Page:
Norwalk residents gathered at City Hall Thursday night to speak with attorneys and tax assessors on the state-wide real estate revaluation process. Experts provided practical information for commercial property owners, commercial tenants, and homeowners regarding the October 1, 2013 Grand List, a mandated five year revaluation.
"In the next three weeks city residents will get notices from the assessors office letting them know the new values the assessor is assigning to their properties of October 1st of 2013," said Ron Kowalski of Cacace, Tusch, Santagata. "They should read those notices carefully, make sure those values are in the right ballpark. If they're not, the property owner should consider going through the informal meeting process and then possibly the appeal process to make sure their assessment is correct."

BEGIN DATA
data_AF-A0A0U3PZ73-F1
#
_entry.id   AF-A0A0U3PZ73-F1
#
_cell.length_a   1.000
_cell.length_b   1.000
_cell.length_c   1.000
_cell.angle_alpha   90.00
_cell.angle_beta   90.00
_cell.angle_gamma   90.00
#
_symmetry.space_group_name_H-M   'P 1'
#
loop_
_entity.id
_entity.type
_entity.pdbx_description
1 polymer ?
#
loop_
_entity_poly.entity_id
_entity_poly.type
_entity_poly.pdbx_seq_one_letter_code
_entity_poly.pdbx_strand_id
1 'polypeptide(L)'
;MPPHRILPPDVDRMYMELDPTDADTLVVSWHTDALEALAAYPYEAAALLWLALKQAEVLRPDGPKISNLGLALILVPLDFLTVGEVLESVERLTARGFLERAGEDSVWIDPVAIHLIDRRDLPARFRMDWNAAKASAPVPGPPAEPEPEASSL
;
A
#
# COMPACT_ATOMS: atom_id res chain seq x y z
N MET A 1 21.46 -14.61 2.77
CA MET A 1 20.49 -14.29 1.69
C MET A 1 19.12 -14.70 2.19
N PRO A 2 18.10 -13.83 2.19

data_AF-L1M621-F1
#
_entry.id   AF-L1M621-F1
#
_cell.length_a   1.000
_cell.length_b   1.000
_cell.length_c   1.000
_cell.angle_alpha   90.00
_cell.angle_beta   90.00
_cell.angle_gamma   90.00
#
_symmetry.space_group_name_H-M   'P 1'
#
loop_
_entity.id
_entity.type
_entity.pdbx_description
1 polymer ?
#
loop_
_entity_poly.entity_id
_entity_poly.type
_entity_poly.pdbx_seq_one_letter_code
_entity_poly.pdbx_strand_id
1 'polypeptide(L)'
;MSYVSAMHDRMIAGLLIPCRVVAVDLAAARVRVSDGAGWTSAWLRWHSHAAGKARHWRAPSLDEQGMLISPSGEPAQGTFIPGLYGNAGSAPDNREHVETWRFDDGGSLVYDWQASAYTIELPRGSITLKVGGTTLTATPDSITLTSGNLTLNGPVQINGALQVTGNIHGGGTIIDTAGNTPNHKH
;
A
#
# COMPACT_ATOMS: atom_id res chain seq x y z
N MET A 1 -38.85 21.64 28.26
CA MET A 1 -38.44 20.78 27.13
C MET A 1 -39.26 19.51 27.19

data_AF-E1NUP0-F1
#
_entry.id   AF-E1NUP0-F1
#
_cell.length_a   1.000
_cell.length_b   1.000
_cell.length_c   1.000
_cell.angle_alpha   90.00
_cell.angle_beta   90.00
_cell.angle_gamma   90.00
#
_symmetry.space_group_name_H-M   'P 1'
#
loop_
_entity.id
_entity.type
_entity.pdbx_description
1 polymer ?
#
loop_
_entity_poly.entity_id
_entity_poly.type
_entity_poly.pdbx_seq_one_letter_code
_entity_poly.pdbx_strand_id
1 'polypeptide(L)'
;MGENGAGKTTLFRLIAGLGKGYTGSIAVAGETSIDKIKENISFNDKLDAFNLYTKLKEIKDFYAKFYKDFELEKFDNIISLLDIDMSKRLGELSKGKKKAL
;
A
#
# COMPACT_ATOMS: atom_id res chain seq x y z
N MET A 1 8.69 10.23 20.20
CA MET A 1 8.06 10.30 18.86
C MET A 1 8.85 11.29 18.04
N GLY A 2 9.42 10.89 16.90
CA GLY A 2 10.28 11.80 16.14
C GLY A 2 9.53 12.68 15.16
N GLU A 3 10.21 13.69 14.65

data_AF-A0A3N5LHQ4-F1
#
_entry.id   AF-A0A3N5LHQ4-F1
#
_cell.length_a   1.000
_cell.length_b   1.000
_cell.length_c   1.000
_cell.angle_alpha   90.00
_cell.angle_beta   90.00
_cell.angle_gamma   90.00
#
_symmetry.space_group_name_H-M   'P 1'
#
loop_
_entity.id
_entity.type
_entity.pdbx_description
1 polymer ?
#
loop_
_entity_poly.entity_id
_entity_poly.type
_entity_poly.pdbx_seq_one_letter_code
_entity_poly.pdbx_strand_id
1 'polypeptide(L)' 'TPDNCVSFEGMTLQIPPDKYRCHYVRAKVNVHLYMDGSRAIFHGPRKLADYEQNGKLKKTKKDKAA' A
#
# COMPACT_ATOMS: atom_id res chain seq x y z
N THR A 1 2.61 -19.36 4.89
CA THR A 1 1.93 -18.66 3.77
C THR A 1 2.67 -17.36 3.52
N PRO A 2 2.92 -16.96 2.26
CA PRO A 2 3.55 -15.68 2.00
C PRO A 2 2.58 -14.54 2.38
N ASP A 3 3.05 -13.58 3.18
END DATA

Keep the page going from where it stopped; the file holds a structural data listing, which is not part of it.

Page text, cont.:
The assessments set in the revaluation with establish the property taxes in the next five years, starting with a tax payment due in July of next year.
"I think the main concern that every property owner has is that they're paying a fair share of their taxes, not too much, but based on the accurate value of their property," said Kowalski. "So then the key is what the fair market value of the property is as of October 1st of 2013."
"Any inequities that may occur in property evaluations," said assistant city assessor Bill O'Brien. "Due to property value changes, or new construction, or construction occurring without required permits and that sort of thing are taken into account and so that the resulting tax burden is fairly and equitably applied."
Property owners say tax figures are too high.
"I feel like we have the best apartments in town and we really keep our rental rates reasonable," said Louis Marino of Joseph Marino Contractors. "We want to watch our costs, one of which is taxes."